But this apparent want for the union has sometimes been met by the fear of how the faculty members’ support for the union may affect their employment.
“We hear fears of retaliation, and that is not what Elon is about. That is not how it should be,” Bush said. “We are professionals. We should not live in fear that we can be replaced, and I reject the notion that we can be replaced.”
Any fear faculty members have of administration is a pivotal point in Bush’s campaign for this union.
“What we hear a lot is that, implicitly and explicitly, ‘We can replace you, you are replaceable,’” Bush said. “So, people who depend on these jobs for their livelihood for their families, they are fearful.”
On Monday, Nov. 26, a “Dear Colleague” letter was sent to all non-tenure-track faculty members explaining the purpose of the union and encouraging them to join.
The letter was signed by 50 faculty members who have gone public with their support for this union, they represent 20 undergraduate departments in three of Elon’s schools.
The letter outlined the union’s four main goals:
- Job security with the potential for long-term appointments and transparent hiring/promotional processes.
- Equal compensation with regard to pay and benefits as compared with tenured faculty.
- Access to educational resources such as private offices that are afforded to tenure-track faculty members.
- Provisions for research grants, increased student mentoring opportunities and professional development funds.
A campus voice published by ENN titled "Uniting as faculty for the best interest of our students and community," written by the Organizing Committee of Elon Faculty Forward summarizes the “Dear Colleague Letter.”
Provost Steven House, who oversees the faculty at Elon, refused to comment. An email sent by the Office of the Provost to ENN noted that House “has nothing to say regarding this topic.” Senior Associate Provost for Faculty Affairs Tim Peeples was unavailable for comment indefinitely.
But on Nov. 30, the day after Elon Faculty Forward’s first event, House sent a faculty-wide email addressing the movement.
“Yesterday many members of our community were surprised by a union action at Elon by organizers of the Service Employees International Union (SEIU),” House wrote. “We had heard reports that some outside members of the union were approaching faculty in hallways and at their homes, but we had no advance notice of a campus demonstration or their intention to file a union election petition.”
The email stated that over the week, the university will be providing information about its position on the SEIU labor union. A discussion regarding the topic is planned to be had during the faculty meeting on Friday, Dec. 7.
An official statement provided by University Communications said that Elon has "taken no actions to restrict the SEIU organizing effort."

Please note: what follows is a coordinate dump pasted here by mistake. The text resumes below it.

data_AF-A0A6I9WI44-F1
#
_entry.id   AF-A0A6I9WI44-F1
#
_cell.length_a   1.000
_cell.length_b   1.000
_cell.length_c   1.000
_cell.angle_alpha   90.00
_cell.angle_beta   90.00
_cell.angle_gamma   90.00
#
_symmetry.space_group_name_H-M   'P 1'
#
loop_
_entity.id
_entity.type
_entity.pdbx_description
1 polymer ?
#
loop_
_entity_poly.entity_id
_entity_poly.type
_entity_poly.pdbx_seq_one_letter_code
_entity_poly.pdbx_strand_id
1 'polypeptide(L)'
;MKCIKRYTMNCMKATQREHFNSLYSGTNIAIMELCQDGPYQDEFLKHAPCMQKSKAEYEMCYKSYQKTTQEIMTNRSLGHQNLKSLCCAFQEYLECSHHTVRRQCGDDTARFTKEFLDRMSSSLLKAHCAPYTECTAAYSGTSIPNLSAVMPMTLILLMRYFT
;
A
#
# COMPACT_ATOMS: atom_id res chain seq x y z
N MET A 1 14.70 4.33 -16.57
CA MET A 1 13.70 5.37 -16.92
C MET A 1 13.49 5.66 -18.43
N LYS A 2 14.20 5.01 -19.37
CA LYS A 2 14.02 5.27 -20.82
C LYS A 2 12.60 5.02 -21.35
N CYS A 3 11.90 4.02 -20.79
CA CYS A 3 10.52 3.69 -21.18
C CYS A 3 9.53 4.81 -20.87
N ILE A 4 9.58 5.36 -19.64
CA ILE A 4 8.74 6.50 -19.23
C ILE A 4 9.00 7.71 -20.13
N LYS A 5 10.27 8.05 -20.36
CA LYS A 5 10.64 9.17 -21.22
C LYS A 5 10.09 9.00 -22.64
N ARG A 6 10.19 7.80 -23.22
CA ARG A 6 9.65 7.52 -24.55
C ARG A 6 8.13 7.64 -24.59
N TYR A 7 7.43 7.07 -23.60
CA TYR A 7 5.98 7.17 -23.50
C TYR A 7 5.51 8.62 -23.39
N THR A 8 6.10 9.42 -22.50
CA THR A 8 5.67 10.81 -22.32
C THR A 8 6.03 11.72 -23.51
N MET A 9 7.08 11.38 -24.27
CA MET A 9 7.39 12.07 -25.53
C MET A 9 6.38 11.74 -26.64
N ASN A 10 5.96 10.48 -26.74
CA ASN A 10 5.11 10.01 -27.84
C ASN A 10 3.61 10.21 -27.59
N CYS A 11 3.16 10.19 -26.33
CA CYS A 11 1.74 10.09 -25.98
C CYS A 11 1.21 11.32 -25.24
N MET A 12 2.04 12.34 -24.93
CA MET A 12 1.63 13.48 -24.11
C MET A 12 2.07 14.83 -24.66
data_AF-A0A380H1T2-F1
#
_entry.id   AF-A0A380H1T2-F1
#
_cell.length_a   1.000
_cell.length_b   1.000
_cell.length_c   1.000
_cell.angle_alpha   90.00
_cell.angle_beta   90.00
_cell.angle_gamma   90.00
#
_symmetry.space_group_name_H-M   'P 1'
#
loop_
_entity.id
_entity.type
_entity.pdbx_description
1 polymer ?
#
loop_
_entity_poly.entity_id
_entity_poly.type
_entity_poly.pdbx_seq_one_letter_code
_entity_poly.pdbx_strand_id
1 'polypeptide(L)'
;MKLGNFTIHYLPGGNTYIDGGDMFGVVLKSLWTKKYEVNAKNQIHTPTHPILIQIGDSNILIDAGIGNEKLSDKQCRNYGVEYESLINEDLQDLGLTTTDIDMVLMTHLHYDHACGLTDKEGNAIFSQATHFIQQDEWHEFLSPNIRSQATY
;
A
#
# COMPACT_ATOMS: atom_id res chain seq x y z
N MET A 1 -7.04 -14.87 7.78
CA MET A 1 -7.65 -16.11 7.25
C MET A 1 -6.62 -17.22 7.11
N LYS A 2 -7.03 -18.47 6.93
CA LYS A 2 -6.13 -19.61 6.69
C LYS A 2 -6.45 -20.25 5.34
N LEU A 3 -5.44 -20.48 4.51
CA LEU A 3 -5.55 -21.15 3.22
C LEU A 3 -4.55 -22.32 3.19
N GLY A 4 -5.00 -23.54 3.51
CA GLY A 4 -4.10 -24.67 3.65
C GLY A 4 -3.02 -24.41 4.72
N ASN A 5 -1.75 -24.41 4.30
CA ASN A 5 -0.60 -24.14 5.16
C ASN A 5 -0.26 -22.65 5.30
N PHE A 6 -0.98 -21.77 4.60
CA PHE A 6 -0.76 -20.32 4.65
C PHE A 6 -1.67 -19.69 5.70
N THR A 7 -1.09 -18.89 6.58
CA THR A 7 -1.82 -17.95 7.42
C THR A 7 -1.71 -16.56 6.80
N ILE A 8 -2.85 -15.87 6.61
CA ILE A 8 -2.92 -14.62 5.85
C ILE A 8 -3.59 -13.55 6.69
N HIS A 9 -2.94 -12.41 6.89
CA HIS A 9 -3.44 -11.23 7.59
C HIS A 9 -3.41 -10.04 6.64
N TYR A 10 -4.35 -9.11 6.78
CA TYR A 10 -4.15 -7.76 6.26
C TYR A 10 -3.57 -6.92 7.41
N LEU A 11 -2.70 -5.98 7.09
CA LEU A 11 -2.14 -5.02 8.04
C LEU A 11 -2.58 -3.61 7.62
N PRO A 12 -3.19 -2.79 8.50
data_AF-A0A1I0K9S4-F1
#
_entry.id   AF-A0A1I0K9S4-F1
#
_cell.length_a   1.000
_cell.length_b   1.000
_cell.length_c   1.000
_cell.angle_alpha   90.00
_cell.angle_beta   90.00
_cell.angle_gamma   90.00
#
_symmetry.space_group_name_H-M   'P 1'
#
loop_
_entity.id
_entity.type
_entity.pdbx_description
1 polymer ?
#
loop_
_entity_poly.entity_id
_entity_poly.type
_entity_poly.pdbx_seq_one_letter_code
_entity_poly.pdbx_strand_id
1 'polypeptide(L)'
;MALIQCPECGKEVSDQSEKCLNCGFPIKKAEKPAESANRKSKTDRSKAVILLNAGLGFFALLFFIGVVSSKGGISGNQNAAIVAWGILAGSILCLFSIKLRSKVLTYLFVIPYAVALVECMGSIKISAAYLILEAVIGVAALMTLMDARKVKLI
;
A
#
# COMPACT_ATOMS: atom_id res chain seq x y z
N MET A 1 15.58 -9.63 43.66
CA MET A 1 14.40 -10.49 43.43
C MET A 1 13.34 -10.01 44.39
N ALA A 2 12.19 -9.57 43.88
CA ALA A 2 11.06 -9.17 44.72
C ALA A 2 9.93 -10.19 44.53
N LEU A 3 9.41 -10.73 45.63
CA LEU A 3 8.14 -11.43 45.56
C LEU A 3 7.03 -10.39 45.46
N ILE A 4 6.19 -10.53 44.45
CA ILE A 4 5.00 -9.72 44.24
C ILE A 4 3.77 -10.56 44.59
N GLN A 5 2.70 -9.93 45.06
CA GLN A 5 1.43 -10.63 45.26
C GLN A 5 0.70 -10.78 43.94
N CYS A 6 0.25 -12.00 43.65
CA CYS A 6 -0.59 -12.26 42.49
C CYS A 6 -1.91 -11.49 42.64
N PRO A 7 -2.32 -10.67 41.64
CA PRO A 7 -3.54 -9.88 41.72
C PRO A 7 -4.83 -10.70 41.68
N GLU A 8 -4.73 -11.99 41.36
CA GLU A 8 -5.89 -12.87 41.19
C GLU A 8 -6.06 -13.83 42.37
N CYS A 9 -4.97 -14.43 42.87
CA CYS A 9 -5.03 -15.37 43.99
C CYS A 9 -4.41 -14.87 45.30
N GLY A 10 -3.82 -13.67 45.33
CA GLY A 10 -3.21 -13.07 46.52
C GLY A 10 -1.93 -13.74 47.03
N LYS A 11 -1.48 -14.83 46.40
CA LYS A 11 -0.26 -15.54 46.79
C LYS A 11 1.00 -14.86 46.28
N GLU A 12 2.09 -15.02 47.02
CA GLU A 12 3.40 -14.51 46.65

Raghu Tadepalli, dean of the Martha and Spencer Love School of Business, said he believes the necessity of the union depends on the problems it is trying to solve.
“Typically, unions are formed because a group of people feel they are not being taken care of properly, their working conditions are not good or that people are not paying attention to their grievances,” Tadepalli said. “But Elon is not such a place.”
According to Tadepalli, who cited the Fall 2018 Self-Evaluation Report, the business school employs 12 full-time adjunct faculty members. After three of those faculty were approached by Elon Faculty Forward members, Tadepalli said he received emails notifying him of the meeting and expressing the individual faculty members’ intentions not to join the union.
One of those faculty members was Patrick Bell, a lecturer in the Management Department, who has dealt with SEIU in his professional career and is against the formation of the union.
"Unions create a permanent adversarial relationship between faculty and administration," Bell said. "It is in a union's best interest to keep this adversarial relationship because without conflict they aren't needed."
When in conversation with Bush about the union, Bell had a difficult time understanding how the union would positively affect students.
"It is in the best interest of the union to maintain a certain amount of conflict so they can stay relevant," Bell said. "How this might help Elon and Elon students is a mystery to me. I don't see any connection with collective bargaining with faculty and student success, ... I can't even draw a squiggly line between a union and our students being better off."
But not all in the business school agree with Bell.
Five faculty members in the business school have gone public with their support for the union by having their names published in the “Dear Colleague Letter.” Three of those faculty members, like Bell, are in the management department.
Senior Lecturer Amy Allen is the chair of the Department of Management and Entrepreneurship, and as a non-tenure-track faculty member, she was approached by both Bush and Stanley regarding the union.
After several conversations, Allen signed her “vote yes” commitment.
“I couldn’t think of a single good reason not to do it,” Allen said. “It will promote fairness and be in the best interest of the students and the university to move forward with this particular organization.”
The different ways a union at Elon will affect campus remains uncertain. But comparisons can be made between Elon and the most recent private institution in North Carolina to form such a union, Duke University.
A union at Duke
Rumors of a union forming at Duke, about 40 miles east of Elon, began spreading during the summer of 2015.
Those rumors were confirmed when members of the Duke faculty requested the help of Faculty Forward. By working closely with representatives such as Stanley from SEIU, Duke’s Faculty Union formed by March 2016.